A generic parameter is claimed to be never used while it is

When I try to specify two generic parameters, I get a "never used" error:

pub struct Struct<Allocator, AllocatorError>
where
    Allocator: CustomAllocator<AllocatorError>,
{
    ptr: NonNull<u8>,
    allocator: Allocator,
}

Leads to

error[E0392]: parameter `AllocatorError` is never used
 --> src/main.rs:5:30
  |
5 | pub struct Struct<Allocator, AllocatorError>
  |                              ^^^^^^^^^^^^^^ unused parameter
  |
  = help: consider removing `AllocatorError`, referring to it in a field, or using a marker such as `PhantomData`
  = help: if you intended `AllocatorError` to be a const parameter, use `const AllocatorError: usize` instead

For more information about this error, try `rustc --explain E0392`.
error: could not compile `playground` (bin "playground") due to 1 previous error

Why does this happen? The type is obviously used as a pass-through type to the inner type. It is not used within the struct (as a member) - yes, but I cannot omit its specification.

Is this a bug or there is indeed a better way to write this?

Is there a reason why AllocatorError is a type parameter to CustomAllocator, and not an associated type? I don't know your design but the type of error seems like a thing you decide when you're writing a custom allocator, not when you use it.

In other words: do you ever have this scenario?

struct ErrorOne {...}

enum ErrorTwo {...}

struct MyAllocator;

impl CustomAllocator<ErrorOne> for MyAllocator {...}

impl CustomAllocator<ErrorTwo> for MyAllocator {...}

i.e., implementing CustomAllocator multiple times for the same implementor with different error types?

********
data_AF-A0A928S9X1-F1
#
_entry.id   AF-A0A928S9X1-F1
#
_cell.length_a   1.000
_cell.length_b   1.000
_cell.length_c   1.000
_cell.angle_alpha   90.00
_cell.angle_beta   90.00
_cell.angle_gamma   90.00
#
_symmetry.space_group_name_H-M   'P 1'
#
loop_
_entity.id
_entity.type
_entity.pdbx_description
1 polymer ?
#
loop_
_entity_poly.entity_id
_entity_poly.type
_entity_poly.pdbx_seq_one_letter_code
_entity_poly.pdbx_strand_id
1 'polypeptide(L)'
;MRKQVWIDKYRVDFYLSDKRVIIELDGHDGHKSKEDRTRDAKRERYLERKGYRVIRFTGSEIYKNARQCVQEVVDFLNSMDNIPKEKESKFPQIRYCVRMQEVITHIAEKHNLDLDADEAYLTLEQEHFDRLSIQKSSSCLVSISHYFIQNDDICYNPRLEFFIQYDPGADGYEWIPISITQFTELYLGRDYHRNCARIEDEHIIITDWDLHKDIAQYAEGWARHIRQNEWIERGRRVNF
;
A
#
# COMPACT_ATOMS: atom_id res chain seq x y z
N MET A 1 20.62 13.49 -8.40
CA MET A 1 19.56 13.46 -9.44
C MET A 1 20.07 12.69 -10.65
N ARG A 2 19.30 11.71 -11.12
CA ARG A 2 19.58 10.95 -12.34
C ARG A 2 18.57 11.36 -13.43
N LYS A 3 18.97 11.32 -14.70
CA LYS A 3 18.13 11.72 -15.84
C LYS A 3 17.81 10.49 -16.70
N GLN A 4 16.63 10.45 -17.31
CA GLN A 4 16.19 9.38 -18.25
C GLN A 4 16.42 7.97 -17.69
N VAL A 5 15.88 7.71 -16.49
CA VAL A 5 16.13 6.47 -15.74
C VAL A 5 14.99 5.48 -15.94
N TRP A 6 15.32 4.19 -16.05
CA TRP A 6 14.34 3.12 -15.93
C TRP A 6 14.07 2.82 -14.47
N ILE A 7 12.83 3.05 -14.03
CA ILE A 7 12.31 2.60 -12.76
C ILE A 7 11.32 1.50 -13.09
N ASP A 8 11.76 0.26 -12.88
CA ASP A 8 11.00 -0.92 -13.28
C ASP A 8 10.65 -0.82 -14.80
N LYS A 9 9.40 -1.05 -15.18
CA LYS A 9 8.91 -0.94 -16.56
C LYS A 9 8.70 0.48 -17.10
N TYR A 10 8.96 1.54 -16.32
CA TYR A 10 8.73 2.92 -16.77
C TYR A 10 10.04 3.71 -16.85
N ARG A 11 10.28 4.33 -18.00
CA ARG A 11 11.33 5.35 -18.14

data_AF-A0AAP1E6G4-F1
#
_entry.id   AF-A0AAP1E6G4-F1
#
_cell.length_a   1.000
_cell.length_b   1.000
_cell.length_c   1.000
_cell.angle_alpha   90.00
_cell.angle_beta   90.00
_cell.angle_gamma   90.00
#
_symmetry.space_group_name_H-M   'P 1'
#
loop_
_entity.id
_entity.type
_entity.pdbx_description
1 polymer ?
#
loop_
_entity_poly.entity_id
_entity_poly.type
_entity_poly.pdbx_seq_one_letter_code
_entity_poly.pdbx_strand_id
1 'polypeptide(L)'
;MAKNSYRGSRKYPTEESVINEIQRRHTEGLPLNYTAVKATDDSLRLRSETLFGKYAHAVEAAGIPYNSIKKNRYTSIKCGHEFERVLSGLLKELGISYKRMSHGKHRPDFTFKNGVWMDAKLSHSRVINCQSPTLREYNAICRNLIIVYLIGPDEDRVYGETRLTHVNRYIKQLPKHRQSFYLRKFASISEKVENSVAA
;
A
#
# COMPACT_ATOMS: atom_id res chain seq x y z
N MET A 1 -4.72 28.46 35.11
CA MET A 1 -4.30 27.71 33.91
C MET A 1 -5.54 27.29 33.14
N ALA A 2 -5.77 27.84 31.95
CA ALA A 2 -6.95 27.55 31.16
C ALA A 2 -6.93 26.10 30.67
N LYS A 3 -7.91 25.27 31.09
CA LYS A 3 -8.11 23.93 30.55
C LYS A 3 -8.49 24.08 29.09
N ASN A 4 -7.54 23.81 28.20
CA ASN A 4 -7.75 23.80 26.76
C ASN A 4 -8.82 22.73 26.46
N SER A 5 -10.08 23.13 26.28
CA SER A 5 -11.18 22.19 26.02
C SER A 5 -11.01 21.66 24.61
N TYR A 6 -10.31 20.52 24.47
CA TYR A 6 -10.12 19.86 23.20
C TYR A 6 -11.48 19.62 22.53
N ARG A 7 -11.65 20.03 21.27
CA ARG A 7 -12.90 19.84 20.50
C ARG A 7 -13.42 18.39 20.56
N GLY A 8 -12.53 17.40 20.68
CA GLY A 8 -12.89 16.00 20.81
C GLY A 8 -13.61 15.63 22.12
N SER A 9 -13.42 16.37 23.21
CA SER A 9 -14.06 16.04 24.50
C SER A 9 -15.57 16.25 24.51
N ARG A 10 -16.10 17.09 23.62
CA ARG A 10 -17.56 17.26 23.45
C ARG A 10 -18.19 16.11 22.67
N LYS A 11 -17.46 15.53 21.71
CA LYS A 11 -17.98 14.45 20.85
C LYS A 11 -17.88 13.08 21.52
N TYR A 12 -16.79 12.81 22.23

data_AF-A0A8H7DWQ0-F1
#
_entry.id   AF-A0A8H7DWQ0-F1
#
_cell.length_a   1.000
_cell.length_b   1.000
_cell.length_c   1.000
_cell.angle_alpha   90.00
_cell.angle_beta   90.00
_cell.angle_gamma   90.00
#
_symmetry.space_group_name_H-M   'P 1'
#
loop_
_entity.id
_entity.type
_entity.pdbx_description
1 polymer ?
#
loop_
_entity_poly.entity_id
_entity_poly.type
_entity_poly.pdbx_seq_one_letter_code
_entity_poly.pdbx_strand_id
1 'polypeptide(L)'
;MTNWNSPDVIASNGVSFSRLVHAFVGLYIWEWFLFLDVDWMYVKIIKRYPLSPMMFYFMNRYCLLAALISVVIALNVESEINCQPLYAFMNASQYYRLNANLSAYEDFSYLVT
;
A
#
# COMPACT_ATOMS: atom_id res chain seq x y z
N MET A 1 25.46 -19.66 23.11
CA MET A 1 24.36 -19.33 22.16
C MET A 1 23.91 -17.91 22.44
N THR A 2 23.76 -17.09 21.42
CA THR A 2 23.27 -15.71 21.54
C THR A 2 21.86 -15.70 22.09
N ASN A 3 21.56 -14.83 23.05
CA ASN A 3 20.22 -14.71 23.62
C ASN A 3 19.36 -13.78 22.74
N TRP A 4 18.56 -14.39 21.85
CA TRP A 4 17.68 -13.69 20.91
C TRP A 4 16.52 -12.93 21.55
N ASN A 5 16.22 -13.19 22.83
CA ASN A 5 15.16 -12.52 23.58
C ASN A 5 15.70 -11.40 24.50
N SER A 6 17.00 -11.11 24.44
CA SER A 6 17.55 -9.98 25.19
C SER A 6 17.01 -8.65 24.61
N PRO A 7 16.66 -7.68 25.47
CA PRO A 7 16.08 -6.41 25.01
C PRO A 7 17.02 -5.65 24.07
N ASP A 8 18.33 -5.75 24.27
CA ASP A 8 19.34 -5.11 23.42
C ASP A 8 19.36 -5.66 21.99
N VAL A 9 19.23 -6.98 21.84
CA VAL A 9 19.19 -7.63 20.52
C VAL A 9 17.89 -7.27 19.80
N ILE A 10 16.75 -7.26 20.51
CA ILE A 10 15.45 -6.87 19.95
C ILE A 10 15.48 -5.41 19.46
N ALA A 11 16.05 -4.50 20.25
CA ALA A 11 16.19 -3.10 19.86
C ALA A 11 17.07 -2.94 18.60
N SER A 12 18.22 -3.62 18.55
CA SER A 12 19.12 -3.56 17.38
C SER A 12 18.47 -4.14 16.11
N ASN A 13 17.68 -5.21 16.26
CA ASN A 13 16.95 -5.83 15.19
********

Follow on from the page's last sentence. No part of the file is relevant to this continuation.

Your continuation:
If not, an associated type may be more appropriate than a generic.

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I understand what you mean. Thank you for your response!

I cannot say that as early as of now (in the development process), but I don't think I will. So I will use the associated type as you suggested, instead.

However, just to satisfy my curiosity about this particular matter, if this were the case, how would I tackle it? Really use PhantomData to just silence the warning?

1 Like

In my opinion, you should almost never write bounds on structs. There is no compelling reason to do so unless the code won't compile without such a bound (and that is normally only the case when the parameter is actually used). So I would simplify it to:

pub struct Struct<Allocator> {
    ptr: NonNull<u8>,
    allocator: Allocator,
}

You must still write the Allocator: CustomAllocator<AllocatorError> bound on the fns and impls where Allocator's methods are actually used.

6 Likes

It's not just “to silence the warning”. It's also to make that where bound somewhat useful. Note that since you are applying where bound not to Self but to other type it's just completely ignored. You would still need to write that where clause for each and every function that works with such structure… and this raises the question: why not specify it there, if it's not needed in the struct definition and doesn't help to do anything at all?

PhantomData would tell the compiler that yes, you are not doing mistake, you really want to restrict that structure and make it possible to only use it with one particular AllocatorError even if allocator support many of them (maybe there fail/success implementation for production and then separate fine-grained one for debug mode).

It just really doesn't make much sense to attach AllocatorError to the structure: either it's property of Allocator, or, alternatively, if your desin supports may of them then it should go where it's used.

2 Likes